The Robot Ransom book
#19
The Robot Ransom
Written and illustrated by Gertrude Chandler Warner
chapter book
Recommend Ages: 7-10

Henry and Jessie’s middle school robotics team is going to the regional competition! But it seems like someone doesn’t want their team to compete. Can the Aldens use their sleuthing skills and what they’ve learned about robotics to find the culprit and save the day?

Little Robot book
#20
Little Robot
Written and illustrated by Ben Hatke
chapter book
Recommend Ages: 6-9

When a little girl finds an adorable robot in the woods, she presses a button and accidentally activates him for the first time. Now, she finally has a friend. But the big, bad robots are coming to collect the little guy for nefarious purposes, and it’s all up to a five-year-old armed only with a wrench and a fierce loyalty to her mechanical friend to save the day! #1 New York Times Bestselling author Ben Hatke brings his signature sweetness to a simple, moving story about friendship and overcoming fears that will appeal to readers of all ages.

When Charlie McButton Lost Power book
#21
When Charlie McButton Lost Power
Written by Suzanne Collins and illustrated by Mike Lester
picture book
Recommend Ages: 4-8

Charlie McButton likes computer games so much, he never plays with anything else. When a thunderstorm knocks out the electricity, his tech empire comes tumbling down, and his whole world loses power. Charlie needs batteries?FAST! But the only triple- A?s he can find are in his little sister?s talking doll. Will he resort to desperate measures and cause his sister to have a meltdown of her own? Or will he snap out of his computer craze long enough to realize his sister might be fun, even if she doesn?t come with batteries? Collins and Lester team up for a hilarious and timely tale that will crack up young computer addicts and those who love them!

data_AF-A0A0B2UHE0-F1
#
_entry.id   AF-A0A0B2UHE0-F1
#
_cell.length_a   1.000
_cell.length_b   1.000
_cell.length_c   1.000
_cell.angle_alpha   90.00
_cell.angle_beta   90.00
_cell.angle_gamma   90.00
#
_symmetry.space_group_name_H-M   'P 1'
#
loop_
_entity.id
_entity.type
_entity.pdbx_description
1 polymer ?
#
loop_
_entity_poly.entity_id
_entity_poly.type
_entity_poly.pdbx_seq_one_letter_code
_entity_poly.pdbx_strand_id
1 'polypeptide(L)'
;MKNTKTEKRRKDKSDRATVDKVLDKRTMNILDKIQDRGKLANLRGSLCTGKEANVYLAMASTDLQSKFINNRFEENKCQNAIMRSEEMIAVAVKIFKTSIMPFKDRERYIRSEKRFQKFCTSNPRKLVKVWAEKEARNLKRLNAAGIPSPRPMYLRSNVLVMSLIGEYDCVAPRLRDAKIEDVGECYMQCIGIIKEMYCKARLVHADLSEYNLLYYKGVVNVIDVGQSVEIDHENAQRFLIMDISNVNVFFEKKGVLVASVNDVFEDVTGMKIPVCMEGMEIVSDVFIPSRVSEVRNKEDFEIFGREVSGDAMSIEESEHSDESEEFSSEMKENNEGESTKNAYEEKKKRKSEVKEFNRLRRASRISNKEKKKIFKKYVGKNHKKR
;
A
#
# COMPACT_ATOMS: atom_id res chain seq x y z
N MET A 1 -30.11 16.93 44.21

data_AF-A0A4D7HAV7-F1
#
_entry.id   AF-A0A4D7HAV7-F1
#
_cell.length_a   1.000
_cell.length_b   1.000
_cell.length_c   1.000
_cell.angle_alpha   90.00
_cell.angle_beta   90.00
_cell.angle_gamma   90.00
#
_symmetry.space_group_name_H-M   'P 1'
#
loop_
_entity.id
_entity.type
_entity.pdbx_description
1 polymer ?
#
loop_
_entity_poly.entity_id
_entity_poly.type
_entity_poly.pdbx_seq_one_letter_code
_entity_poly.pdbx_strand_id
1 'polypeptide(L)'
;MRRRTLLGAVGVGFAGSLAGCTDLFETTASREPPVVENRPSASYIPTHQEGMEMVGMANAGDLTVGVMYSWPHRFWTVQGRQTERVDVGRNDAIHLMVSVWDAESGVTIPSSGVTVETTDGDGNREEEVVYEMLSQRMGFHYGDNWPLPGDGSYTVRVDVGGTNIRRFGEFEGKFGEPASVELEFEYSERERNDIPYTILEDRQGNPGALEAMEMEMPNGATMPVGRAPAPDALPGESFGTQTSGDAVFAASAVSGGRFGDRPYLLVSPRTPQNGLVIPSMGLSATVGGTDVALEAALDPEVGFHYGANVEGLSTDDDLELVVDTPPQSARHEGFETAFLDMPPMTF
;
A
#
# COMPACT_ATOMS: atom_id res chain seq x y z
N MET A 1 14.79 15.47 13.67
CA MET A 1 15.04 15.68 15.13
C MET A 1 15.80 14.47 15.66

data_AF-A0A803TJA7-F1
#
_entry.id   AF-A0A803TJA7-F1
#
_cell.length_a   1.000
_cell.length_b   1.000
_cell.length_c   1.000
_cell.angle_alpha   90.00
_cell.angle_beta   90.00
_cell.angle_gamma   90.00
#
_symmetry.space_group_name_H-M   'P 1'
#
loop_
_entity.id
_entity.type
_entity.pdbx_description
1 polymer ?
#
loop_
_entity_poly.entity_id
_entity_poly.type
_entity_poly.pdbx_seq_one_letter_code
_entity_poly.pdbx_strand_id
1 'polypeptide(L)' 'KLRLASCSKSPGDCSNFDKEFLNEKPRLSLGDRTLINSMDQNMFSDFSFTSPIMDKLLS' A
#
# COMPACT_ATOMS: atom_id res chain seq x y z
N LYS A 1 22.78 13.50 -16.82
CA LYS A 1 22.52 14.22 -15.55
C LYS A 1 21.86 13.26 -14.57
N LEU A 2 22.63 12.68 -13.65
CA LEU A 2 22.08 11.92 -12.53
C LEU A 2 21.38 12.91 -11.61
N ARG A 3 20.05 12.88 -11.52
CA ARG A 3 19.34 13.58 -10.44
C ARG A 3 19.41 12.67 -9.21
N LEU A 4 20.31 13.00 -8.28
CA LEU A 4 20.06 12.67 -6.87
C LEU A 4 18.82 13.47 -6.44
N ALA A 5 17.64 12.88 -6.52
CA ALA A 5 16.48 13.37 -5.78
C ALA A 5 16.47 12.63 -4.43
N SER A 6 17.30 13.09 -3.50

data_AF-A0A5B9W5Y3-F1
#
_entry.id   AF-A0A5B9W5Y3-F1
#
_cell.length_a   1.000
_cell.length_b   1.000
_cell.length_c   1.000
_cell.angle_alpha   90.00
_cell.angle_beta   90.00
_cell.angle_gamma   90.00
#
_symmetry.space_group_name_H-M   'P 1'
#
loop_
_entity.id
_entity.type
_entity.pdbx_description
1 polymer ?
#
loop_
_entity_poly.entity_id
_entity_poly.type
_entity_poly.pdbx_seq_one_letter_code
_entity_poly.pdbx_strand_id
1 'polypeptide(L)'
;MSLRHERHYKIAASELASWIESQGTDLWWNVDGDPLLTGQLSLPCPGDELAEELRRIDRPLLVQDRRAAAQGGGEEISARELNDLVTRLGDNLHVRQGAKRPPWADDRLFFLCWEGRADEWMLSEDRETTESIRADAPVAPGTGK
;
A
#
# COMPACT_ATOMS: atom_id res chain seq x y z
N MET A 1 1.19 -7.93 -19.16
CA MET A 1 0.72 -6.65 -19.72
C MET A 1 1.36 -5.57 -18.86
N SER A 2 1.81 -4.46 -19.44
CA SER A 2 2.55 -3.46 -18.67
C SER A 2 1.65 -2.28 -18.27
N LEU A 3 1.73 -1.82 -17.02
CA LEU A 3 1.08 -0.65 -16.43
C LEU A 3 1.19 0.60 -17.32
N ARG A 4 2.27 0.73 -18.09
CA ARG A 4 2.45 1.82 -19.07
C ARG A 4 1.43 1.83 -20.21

Believe book
#22
Believe
Written and illustrated by Robert Sabuda
picture book
Recommend Ages: 5-8

Consummate pop-up master Robert Sabuda offers an elegant ode to possibility that will inspire anyone setting off on a new life chapter. All of life’s possibilities are just a page turn away in this beautiful pop-up book from renowned paper artist Robert Sabuda. Throughout, phrases and images evoking potential (an acorn, an egg, a paper airplane) are answered by a glorious 3-D image on the following spread (a towering tree, a flock of birds, a rocket soaring upward). An ideal gift for graduates from kindergarten to college and beyond, Believe is the perfect way to celebrate life’s passages and look forward to new horizons.

Adi Sorts with Variables book
#23
Adi Sorts with Variables
Written by Caroline Karanja and illustrated by Ben William Whitehouse
picture book
Recommend Ages: 5-8